So, the consistency issue will probably continue until I move to the U.S. and/or start producing videos, but onto the updates!
So, I wasn’t really satisfied with my skin rendering and realised that my all-out practice piece was a fluke (right) since it was from the front with a good lighting angle. Once I shifted from that, things became a lot more difficult (middle). I spent quite a few days re-watching videos on rendering as well as testing different blending modes and tools to get a result I could be satisfied with. The above drawing on the left is just that. However, there is one more thing I need to work on…
Attention to Detail
My weakest area right now is details on the skin such as abs, some facial features etc. and I’ll definitely need to figure some things out before I go over to video-editing.
One of the issues I’d had was my overreliance on special blending modes, especially Multiply. I played with the eyedropper tool to understand how skin colouration works, and also what different blend modes actually do to the layers. I’ve learned a tonne from this experience and now use the Normal blend mode and rely on layer order for most things.
Note to self: Always look into tool settings. I hadn’t snooped around the advanced settings in CSP until recently and assumed that it couldn’t do some things that Photoshop could but I was wrong (for the most part. There are still some things Photoshop does better but CSP has several tools which PS doesn’t so…). As a result, I have a lot more control and knowledge of CSP’s tools and what can be done using them. Editing is going to be fun, interesting, and easy from now on.
Brush Blending Mode!? Ink Opacity V.S. Brush Density
With the default Oil Paint tool, there is no blend mode…until you make the option visible through advanced settings. I have to say that Photoshop is definitely better in this situation, but I’ve finally found what I thought didn’t exist. The ink opacity option is awesome, but the compare density option, although useful in quite a few situations, is lacking when a soft brush is used. Photoshop has the upper hand in this situation.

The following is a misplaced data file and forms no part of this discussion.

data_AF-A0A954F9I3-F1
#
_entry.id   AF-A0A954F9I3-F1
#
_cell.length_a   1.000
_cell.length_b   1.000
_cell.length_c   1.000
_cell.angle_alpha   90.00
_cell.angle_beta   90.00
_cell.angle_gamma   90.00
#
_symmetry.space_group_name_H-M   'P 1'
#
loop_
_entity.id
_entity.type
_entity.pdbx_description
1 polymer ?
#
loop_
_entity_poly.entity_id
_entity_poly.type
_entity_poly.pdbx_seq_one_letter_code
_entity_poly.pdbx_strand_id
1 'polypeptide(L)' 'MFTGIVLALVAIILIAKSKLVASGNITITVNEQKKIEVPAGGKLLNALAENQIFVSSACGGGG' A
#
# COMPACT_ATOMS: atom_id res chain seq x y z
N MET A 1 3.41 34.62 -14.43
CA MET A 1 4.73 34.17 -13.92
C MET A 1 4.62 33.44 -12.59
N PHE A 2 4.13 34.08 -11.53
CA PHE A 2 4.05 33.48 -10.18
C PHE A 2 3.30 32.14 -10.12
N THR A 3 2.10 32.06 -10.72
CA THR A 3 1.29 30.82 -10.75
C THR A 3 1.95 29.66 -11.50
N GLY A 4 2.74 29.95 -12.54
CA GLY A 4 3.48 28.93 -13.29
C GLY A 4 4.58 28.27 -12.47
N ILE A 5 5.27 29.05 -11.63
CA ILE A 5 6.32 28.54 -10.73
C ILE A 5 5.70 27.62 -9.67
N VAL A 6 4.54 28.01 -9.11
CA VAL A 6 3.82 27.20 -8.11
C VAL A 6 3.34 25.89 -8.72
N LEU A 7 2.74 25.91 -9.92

The most useless default tool in CSP with pretty much no decent tutorials on how to use the thing. I had to screw around with the brush tool for the past two days quite a bit before getting a vague sense of what I could accomplish with a sort of custom blend/mixing tool. However, I finally figured it out! Although it isn’t as powerful as Photoshop when it comes to editing, it does a fairly decent job. Photoshop is a lot better though, to be honest.
I did study this tool a bit…then completely forgot about it, but I swear this is a beautiful editing tool when on the erase blending mode. Although it would be nice if there were a polygon-type gradient tool (which may be possible if a mask is used, I’ll test it later), I’m pretty satisfied having a consistent gradient eraser in my toolset.
Select – Color Gamut
Wasn’t going to mention this since I will most likely never use this tool as I use a semi-realistic style…but might as well. This selects all the colours you select within the image or layer…but it isn’t even half as good as Photoshop’s selection tools, unfortunately. Honestly, respect to Photoshop’s developers for making such a fine image-editing software.
Skin details. Practice. Video-editing.
Anywho, that’s all for today. I’ll see you guys when I see you guys. Thanks for reading!